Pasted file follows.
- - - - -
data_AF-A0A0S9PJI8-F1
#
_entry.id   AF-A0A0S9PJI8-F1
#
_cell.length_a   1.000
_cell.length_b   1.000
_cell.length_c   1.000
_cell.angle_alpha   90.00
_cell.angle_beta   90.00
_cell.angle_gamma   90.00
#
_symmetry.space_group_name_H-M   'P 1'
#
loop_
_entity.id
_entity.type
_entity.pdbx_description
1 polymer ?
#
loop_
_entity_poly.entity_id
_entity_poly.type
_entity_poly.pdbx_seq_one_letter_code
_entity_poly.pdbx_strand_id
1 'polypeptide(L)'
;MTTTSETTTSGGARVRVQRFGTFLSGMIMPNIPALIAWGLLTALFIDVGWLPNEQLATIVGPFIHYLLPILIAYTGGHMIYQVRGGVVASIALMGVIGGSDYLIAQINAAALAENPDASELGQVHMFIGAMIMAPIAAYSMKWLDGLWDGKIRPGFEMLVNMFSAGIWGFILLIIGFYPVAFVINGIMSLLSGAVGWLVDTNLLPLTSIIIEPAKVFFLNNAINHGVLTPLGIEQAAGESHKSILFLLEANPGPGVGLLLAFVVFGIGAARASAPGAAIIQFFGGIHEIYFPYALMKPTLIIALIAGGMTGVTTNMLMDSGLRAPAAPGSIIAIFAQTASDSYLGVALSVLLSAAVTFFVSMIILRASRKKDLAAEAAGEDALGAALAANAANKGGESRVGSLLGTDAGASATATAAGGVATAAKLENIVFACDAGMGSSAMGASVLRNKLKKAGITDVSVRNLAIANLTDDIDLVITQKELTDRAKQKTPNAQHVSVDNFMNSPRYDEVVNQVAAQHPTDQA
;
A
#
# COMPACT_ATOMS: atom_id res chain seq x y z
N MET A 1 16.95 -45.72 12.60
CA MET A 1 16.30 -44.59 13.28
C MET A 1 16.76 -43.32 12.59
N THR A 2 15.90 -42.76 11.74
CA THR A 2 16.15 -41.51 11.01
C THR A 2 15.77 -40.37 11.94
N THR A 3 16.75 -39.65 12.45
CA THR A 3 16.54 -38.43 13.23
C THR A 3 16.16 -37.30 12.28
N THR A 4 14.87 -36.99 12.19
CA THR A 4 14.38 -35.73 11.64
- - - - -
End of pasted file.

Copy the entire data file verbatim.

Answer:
data_AF-A0A0S9PJI8-F1
#
_entry.id   AF-A0A0S9PJI8-F1
#
_cell.length_a   1.000
_cell.length_b   1.000
_cell.length_c   1.000
_cell.angle_alpha   90.00
_cell.angle_beta   90.00
_cell.angle_gamma   90.00
#
_symmetry.space_group_name_H-M   'P 1'
#
loop_
_entity.id
_entity.type
_entity.pdbx_description
1 polymer ?
#
loop_
_entity_poly.entity_id
_entity_poly.type
_entity_poly.pdbx_seq_one_letter_code
_entity_poly.pdbx_strand_id
1 'polypeptide(L)'
;MTTTSETTTSGGARVRVQRFGTFLSGMIMPNIPALIAWGLLTALFIDVGWLPNEQLATIVGPFIHYLLPILIAYTGGHMIYQVRGGVVASIALMGVIGGSDYLIAQINAAALAENPDASELGQVHMFIGAMIMAPIAAYSMKWLDGLWDGKIRPGFEMLVNMFSAGIWGFILLIIGFYPVAFVINGIMSLLSGAVGWLVDTNLLPLTSIIIEPAKVFFLNNAINHGVLTPLGIEQAAGESHKSILFLLEANPGPGVGLLLAFVVFGIGAARASAPGAAIIQFFGGIHEIYFPYALMKPTLIIALIAGGMTGVTTNMLMDSGLRAPAAPGSIIAIFAQTASDSYLGVALSVLLSAAVTFFVSMIILRASRKKDLAAEAAGEDALGAALAANAANKGGESRVGSLLGTDAGASATATAAGGVATAAKLENIVFACDAGMGSSAMGASVLRNKLKKAGITDVSVRNLAIANLTDDIDLVITQKELTDRAKQKTPNAQHVSVDNFMNSPRYDEVVNQVAAQHPTDQA
;
A
#
# COMPACT_ATOMS: atom_id res chain seq x y z
N MET A 1 16.95 -45.72 12.60
CA MET A 1 16.30 -44.59 13.28
C MET A 1 16.76 -43.32 12.59
N THR A 2 15.90 -42.76 11.74
CA THR A 2 16.15 -41.51 11.01
C THR A 2 15.77 -40.37 11.94
N THR A 3 16.75 -39.65 12.45
CA THR A 3 16.54 -38.43 13.23
C THR A 3 16.16 -37.30 12.28
N THR A 4 14.87 -36.99 12.19
CA THR A 4 14.38 -35.73 11.64